Your search returned 1 result in 1 document
Pindar, Isthmean (ed. Diane Arnson Svarlien),
Isthmian 1For Herodotus of ThebesChariot Race?458 B. C. (search)
in war receives the highest gain: to be well spoken of by his fellow-citizens and by strangers, the choicest bloom of speech.
For us it is right to celebrate the earth-shaking son of Cronus, returning a good deed to our beneficent neighbor, the lord of horse-racing and chariots;and to invoke your sons, Amphitryon, and the secluded valley of Minyas, and Eleusis, the famous precinct of Demeter, and Euboea, when we speak of curving race-courses.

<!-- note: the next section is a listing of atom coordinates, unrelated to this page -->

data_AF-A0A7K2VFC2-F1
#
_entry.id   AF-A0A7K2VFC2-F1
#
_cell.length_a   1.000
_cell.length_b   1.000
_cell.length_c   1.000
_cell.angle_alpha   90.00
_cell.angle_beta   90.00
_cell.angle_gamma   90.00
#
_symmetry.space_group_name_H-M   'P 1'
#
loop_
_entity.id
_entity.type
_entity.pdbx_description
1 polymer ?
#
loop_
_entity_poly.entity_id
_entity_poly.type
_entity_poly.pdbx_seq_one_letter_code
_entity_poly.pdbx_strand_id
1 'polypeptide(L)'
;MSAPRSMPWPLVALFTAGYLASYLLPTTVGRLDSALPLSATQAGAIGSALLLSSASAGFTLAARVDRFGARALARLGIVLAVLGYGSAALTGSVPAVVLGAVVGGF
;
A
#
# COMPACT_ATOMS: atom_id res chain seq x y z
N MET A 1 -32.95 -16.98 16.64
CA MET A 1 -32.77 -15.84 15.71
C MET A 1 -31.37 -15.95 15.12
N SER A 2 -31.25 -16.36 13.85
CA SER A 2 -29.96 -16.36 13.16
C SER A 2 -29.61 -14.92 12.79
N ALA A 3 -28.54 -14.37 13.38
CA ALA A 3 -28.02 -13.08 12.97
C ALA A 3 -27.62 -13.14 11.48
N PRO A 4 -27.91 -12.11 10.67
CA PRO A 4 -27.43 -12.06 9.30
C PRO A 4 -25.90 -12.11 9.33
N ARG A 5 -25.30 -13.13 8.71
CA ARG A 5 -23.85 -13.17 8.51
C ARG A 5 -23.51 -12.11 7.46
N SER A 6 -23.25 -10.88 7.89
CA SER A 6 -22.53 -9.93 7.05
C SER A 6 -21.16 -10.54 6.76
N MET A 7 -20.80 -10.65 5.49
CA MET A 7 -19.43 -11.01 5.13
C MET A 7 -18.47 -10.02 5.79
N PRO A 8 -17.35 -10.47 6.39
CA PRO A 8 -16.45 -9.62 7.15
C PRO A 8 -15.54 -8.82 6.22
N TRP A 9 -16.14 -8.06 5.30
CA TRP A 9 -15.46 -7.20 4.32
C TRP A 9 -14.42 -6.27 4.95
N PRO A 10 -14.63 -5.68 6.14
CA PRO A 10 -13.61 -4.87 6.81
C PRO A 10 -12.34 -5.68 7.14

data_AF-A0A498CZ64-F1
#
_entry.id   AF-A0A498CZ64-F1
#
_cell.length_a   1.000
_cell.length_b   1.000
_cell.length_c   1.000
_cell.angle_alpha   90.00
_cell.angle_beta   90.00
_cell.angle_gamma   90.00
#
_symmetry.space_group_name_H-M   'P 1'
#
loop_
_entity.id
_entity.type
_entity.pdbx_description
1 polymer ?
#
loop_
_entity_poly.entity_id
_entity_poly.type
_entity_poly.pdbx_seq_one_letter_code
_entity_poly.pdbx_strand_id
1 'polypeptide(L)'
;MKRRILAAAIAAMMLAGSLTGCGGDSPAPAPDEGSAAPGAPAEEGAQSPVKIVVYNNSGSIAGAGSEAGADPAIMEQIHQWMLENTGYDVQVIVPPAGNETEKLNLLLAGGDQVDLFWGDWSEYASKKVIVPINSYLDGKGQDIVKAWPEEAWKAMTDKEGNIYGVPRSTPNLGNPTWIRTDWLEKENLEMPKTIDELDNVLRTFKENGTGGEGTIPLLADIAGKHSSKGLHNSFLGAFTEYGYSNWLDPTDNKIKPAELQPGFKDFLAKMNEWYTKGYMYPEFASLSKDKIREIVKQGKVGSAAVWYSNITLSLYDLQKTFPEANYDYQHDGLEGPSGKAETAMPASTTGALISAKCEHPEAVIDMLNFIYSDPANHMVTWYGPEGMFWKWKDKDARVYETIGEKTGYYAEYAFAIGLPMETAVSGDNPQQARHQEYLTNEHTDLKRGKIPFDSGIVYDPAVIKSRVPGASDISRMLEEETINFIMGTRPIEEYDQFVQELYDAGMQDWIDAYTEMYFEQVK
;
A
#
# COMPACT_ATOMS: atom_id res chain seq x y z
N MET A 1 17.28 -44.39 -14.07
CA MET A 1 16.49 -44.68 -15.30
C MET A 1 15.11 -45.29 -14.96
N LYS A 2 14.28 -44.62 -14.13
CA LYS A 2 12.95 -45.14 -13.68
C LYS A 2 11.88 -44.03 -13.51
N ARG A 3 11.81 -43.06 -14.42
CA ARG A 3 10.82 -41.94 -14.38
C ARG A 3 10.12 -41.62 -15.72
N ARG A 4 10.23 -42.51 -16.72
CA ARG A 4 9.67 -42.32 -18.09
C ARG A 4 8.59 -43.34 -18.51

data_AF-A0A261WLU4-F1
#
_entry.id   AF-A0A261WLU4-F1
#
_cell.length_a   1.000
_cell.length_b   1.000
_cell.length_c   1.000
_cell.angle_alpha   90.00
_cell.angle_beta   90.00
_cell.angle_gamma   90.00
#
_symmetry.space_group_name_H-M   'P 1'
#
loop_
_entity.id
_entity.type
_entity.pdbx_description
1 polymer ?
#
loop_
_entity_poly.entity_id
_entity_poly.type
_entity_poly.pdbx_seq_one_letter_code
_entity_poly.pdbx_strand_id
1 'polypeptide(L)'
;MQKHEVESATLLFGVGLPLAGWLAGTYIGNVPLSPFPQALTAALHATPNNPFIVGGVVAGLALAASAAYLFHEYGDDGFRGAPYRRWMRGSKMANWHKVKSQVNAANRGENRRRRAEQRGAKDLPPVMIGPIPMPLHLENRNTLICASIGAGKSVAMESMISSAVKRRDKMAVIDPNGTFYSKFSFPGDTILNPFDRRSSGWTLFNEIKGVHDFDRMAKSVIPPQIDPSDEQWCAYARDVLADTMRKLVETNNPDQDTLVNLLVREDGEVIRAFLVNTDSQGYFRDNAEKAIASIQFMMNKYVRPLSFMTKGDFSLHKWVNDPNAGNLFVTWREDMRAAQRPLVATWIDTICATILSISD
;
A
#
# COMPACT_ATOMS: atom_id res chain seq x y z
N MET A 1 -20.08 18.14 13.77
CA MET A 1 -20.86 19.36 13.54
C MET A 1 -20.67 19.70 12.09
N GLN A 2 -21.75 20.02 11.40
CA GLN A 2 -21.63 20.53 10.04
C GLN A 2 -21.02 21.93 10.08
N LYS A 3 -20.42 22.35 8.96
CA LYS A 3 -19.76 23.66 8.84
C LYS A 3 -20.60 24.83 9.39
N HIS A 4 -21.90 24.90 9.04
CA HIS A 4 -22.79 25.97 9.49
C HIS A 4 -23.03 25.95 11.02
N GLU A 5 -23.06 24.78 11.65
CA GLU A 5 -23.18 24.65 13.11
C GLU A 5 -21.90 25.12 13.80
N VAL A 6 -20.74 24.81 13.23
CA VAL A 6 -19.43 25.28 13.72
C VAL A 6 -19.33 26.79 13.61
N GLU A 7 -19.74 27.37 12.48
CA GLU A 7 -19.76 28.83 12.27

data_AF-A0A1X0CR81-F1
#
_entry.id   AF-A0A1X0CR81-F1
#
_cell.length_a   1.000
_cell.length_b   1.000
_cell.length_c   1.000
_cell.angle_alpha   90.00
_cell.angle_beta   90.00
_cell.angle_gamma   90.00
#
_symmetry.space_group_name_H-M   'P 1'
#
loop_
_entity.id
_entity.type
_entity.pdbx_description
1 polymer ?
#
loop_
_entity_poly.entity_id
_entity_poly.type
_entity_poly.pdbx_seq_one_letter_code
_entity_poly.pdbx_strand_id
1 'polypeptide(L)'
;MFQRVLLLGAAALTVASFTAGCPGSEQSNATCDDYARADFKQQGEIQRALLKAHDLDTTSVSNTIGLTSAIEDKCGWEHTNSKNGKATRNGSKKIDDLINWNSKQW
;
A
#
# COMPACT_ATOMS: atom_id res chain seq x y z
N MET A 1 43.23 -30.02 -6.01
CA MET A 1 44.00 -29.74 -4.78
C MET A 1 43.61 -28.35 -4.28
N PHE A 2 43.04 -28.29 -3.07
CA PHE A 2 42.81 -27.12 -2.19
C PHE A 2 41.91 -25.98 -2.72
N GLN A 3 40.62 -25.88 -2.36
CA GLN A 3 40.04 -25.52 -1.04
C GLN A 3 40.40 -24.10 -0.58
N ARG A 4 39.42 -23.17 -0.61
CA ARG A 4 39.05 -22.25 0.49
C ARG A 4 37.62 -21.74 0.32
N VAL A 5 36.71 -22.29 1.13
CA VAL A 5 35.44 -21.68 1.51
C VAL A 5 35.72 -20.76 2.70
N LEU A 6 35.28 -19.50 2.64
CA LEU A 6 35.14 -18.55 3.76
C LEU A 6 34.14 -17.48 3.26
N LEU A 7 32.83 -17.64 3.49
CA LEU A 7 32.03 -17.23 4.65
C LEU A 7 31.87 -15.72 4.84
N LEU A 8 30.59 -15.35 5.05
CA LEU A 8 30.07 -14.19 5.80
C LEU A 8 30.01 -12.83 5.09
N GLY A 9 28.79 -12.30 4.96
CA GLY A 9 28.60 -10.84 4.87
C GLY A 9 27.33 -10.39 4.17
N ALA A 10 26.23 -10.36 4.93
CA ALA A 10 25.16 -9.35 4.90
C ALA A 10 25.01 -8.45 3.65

Protesilas, I add besides your sacred ground in Phylace, the home of Achaean men.But the brief limits of my song prevent me from telling of all the victories that Hermes, lord of games, granted to Herodotus and his horses. Truly, often that which is hushed in silence actually brings greater pleasure.
May he, raised up on the splendid wings of the Pierian Muses with their lovely voices,also arm his hand with wreaths from Pytho, with exquisite wreaths from the Alpheus and the Olympian games, thus winning glory for seven-gated Thebes. But if someon